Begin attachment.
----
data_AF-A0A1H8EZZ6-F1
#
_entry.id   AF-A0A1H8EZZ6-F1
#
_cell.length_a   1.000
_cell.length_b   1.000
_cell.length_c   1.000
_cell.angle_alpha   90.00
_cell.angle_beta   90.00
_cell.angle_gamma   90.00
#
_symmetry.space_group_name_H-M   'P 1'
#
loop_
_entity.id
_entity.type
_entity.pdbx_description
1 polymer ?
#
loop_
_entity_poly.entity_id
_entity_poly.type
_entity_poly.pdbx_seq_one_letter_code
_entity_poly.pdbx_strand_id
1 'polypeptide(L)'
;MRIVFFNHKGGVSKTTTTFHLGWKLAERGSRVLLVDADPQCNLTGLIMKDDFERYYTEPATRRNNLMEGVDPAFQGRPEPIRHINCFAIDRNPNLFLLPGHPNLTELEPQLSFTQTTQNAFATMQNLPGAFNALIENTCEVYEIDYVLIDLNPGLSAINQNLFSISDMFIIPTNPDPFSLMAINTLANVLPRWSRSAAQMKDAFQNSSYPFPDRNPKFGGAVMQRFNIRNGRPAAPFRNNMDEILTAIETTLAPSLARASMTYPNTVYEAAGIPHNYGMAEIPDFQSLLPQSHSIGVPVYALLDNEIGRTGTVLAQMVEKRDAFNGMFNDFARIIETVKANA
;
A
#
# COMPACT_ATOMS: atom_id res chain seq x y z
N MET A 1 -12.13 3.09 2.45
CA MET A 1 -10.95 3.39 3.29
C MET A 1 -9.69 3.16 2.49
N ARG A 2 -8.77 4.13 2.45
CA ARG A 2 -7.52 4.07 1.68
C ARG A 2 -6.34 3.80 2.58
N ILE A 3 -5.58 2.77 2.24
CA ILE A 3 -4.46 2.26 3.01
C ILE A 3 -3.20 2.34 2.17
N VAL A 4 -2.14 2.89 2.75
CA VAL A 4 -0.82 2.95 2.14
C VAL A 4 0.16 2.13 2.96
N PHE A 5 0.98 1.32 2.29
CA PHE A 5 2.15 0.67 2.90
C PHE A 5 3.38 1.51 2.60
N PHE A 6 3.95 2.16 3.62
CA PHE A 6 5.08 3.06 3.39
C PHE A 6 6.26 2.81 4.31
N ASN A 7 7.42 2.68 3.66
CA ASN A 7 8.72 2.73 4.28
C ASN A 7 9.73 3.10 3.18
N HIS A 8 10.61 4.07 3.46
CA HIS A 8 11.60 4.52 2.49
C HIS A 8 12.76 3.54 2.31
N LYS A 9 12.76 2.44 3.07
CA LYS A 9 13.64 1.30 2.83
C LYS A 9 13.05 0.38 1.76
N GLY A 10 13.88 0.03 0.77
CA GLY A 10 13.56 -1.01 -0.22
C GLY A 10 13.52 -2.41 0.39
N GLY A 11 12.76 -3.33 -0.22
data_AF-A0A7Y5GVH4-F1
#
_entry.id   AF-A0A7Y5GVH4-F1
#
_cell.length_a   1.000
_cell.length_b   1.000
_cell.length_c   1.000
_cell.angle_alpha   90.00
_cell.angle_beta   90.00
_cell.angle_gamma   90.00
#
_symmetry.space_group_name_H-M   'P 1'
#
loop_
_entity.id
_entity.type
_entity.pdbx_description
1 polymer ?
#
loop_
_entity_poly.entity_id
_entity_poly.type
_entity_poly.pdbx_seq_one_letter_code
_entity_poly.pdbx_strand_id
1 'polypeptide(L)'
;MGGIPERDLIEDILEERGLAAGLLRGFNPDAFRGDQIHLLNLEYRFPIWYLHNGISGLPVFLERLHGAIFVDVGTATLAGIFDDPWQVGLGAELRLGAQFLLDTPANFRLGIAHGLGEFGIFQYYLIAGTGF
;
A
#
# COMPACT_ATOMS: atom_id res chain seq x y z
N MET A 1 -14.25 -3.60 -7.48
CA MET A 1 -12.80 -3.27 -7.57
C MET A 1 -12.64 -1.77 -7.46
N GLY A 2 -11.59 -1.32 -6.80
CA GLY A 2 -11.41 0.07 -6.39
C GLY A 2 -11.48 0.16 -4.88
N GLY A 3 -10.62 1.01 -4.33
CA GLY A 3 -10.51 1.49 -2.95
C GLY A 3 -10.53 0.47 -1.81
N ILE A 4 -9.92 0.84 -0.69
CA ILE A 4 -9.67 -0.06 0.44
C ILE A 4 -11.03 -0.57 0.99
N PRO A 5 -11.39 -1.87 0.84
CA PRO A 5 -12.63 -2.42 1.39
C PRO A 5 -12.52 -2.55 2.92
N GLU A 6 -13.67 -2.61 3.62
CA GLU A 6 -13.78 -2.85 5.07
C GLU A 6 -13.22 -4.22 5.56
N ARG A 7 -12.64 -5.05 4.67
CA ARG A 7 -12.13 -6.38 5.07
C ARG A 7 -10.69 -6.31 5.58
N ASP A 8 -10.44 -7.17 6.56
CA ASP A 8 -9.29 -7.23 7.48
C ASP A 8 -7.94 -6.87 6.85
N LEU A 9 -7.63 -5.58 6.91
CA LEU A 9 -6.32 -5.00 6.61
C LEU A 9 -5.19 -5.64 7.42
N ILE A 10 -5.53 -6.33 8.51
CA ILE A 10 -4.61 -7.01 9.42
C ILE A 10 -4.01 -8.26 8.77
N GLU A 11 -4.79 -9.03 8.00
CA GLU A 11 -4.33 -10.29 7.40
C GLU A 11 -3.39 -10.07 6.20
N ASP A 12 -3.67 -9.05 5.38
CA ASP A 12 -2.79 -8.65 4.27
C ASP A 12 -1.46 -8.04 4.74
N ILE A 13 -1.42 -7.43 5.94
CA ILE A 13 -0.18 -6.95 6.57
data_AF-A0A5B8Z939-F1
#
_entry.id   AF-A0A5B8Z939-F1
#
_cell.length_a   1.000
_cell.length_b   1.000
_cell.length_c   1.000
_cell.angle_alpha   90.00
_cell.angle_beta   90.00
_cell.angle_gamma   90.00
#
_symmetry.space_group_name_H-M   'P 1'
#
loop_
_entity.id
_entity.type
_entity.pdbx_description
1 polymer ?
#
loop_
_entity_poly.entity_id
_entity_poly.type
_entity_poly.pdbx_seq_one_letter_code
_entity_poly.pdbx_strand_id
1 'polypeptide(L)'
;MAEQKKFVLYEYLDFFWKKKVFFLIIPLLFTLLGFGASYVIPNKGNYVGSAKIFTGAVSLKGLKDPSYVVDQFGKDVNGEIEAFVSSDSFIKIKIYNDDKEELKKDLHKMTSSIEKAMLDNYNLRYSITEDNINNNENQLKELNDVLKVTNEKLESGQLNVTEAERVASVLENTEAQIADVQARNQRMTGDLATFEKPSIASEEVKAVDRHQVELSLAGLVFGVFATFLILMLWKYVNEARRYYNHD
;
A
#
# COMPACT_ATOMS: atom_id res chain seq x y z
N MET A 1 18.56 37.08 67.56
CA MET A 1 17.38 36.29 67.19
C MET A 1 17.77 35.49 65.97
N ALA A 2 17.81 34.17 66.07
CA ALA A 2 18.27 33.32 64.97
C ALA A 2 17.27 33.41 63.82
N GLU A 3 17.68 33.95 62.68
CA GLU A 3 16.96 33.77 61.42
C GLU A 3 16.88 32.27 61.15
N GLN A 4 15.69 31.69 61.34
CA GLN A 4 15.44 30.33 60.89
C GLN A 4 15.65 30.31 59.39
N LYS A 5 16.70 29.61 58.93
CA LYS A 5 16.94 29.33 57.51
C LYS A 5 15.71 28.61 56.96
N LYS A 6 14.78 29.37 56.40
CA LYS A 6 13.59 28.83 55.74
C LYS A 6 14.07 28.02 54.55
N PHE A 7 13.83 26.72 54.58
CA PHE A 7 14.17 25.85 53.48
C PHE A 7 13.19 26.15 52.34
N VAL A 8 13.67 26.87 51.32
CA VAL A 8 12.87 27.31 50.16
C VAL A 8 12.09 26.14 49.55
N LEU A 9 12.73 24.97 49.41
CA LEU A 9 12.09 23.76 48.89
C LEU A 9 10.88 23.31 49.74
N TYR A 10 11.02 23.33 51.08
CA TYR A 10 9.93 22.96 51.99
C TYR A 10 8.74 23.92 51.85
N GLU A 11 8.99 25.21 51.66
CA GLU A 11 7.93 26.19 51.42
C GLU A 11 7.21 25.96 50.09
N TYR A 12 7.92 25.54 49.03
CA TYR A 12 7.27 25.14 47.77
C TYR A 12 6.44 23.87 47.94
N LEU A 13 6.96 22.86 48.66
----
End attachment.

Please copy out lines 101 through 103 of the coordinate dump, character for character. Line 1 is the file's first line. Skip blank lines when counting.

N ILE A 4 -9.92 0.84 -0.69
CA ILE A 4 -9.67 -0.06 0.44
C ILE A 4 -11.03 -0.57 0.99